A Year of Yoga

Neal GhoshalLast year I taught a lot of Yoga! So much so that by November I was rather tired, exhausted even. I found that I was way out of balance, working late to keep up with the workload, waking up early when our daughter Tula wakes up. The sleep deprivation was certainly not helping re-gain my vitality.

I felt that my regular classes on Waiheke were suffering somewhat from my tiredness.

I turned up to each class of course but often with only a vague idea of what I would teach. Part of this was actually useful and interesting … how do I teach when I’m under this amount of pressure? Can I improvise class after class?

It was in fact engaging simply to turn up to class and meet whoever walked through the classroom door, and create on-the-fly classes and sequences geared right to these students exactly as they were in that moment.

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What is Restorative Yoga?

By Neal Ghoshal

Supported Child's PoseA few years ago I enrolled on a Yoga Teacher Training course for a year at the Yoga Academy Auckland – I was on a mission to learn more and more about this practice and to equip myself with as much knowledge as I could. If I was going to teach Yoga, then I wanted to be good at it.

It was an interesting year – the course was actually geared around the Ashtanga Vinyasa style but I was doing all the course modules except the physical practice itself … anatomy, keeping people safe etc. About half way through the year course tutor Jude Hynes gave us a new practice, brought out some Yoga bolsters from the cupboard and introduced us to the wonderful world of Restorative Yoga.

In the very first pose she gave us – Supported Bridge Pose, I was lying back over the length of the bolster so that most of my body was on the bolster, but my head and shoulders on the floor. It was like an effortless bridge pose. And I can still remember this experience: the exact moment when I felt a true relaxation response deep within me. Tension melting, my body softening and a realisation that something very important for had just occurred, and I was awake to the experience.

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Winter Maintenance

The temperature is dropping, rapidly… you know because the duvet covers seem like a warm cocoon each morning.  Bravely you throw back those covers and take the first step of the day, the cold floor sending a rush of shivers up your spine, you are alive.

It is hard to approach the mat on days like this… anticipating the stiffness that has settled into your joints, the muscles that seem ever so tight.  The reality is it is days just like this one when you need it the most, when you need to call on the tapas of all the teachers and students that have come before you, and experience for yourself – yoga.  It does not matter if you are stiff, tight, sore, uncomfortable what matters is to find the breath and the rhythm, to set aside the time, to simply “be” for as long as you can, maybe 15 minutes maybe 2hrs.  Find the will to maintain the practice, keep the fire burning even with just a few embers it is still warm and heating, it is still yoga.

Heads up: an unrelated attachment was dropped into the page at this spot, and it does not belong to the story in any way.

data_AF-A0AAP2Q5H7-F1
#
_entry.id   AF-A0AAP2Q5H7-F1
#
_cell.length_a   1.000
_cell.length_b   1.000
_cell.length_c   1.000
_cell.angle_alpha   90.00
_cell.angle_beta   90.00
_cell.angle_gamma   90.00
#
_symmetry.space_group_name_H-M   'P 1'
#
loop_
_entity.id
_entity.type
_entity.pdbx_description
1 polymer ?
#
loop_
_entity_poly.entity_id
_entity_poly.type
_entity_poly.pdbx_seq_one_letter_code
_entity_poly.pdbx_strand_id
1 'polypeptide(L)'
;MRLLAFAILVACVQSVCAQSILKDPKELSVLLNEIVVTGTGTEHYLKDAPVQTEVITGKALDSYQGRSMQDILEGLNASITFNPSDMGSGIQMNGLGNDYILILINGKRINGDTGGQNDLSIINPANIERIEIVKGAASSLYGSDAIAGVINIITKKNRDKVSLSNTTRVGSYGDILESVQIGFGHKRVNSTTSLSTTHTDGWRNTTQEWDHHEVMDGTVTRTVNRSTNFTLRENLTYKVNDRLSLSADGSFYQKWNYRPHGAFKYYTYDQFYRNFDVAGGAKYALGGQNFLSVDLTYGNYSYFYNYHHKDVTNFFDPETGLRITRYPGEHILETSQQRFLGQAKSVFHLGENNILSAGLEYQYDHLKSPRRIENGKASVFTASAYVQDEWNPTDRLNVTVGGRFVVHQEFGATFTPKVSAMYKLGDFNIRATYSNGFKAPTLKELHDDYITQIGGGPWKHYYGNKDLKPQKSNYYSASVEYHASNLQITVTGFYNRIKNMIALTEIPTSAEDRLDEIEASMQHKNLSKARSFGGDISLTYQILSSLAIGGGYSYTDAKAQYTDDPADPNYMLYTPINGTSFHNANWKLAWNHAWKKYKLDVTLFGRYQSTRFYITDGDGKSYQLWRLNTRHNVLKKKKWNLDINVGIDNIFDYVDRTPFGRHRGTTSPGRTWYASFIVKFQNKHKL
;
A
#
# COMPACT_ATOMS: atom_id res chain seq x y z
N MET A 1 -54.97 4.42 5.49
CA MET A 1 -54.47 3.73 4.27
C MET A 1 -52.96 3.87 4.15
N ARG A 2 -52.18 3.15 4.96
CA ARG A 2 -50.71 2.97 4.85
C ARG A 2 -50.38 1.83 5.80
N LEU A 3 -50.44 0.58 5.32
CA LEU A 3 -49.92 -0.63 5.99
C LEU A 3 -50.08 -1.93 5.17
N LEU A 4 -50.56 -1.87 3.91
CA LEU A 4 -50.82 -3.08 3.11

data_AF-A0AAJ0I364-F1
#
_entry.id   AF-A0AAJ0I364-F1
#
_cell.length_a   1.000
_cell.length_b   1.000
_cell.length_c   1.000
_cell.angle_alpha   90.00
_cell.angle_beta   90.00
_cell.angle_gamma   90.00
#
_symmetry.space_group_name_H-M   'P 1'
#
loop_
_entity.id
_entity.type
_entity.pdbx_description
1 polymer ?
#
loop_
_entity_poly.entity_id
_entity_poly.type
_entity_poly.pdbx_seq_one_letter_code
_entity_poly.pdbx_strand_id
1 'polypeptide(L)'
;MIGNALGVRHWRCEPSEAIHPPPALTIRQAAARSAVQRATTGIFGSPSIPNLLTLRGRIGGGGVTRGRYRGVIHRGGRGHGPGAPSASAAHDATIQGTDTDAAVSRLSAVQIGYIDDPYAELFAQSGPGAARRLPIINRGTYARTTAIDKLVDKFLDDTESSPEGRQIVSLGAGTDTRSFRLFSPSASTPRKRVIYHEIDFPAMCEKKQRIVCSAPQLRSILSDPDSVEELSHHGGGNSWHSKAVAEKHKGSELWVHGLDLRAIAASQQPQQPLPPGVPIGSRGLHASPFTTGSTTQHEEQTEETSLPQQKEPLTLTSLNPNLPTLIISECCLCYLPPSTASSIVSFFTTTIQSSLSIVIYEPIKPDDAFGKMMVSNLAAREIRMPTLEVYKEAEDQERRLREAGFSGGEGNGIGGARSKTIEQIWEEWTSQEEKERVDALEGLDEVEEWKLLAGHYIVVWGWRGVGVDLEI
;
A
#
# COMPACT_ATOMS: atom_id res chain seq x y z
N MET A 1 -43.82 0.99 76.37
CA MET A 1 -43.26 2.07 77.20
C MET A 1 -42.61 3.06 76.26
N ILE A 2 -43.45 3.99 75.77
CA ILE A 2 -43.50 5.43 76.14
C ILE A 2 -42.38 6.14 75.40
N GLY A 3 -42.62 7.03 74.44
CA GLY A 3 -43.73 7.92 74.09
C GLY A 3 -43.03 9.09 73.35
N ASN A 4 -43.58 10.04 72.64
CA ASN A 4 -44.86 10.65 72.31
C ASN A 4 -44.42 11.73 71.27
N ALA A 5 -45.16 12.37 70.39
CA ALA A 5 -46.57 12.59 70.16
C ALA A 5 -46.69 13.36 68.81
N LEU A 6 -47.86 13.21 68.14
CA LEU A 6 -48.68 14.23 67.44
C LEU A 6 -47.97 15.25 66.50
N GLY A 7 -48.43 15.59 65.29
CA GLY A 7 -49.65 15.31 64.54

I have always found asana in winter to be difficult, I will admit that.  What I have found works to keep me going is to emphasize different aspects… strength and endurance versus flexibility, inversions instead of backbends, focus on the breath instead of technical alignment, increasing pranayama, chanting, and philosophical study.  These are just a few ideas.  Practicing a bit later in the day after the sun has been around for a bit might also help.

What seems particularly clear is the advice from my teacher Peter Sanson, “go to the mat with no expectations,” allow the practice to unfold, recognize that the winter practice is simply different then summer, autumn or spring practice.  Enjoy the time on the mat.  It is a time to be with yourself, to contemplate each moment as it is happening, to appreciate the energy of others if you are practicing in a class or with a group.  Just make sure you dress warm (layering is best), have an extra blanket to put down underneath you in your final relaxation, and look forward to the hot drink when you are finished.

Daily Practice

by Stephanie Nelson

Dear Students:

My Ashtanga Yoga practice began when my second son, Conrad, was approaching one year. I returned to work full time when he was five months old, Huxley was just 2 years, so life was busy. In between raising the children and working, there was not much time. I noticed a lapse in my sense of self. I had practiced yoga for several years of various styles before the boys were born, but nothing had really clicked. I went to several different schools, had a number of terrific teachers, even worked for a yoga institute for a while, but the yoga was not self-directed it was dependent on these people and the schools. The reality is these approaches to yoga were just not for me, I wanted something different.

During this early “yoga testing” stage, I did end up at a led (talked-thru) Ashtanga primary series class. The teacher was Sharon Gannon and the School was Jivamukti (in the East Village of NYC) ‘round about 1996. I was completely blown away by this class. [Read more…]

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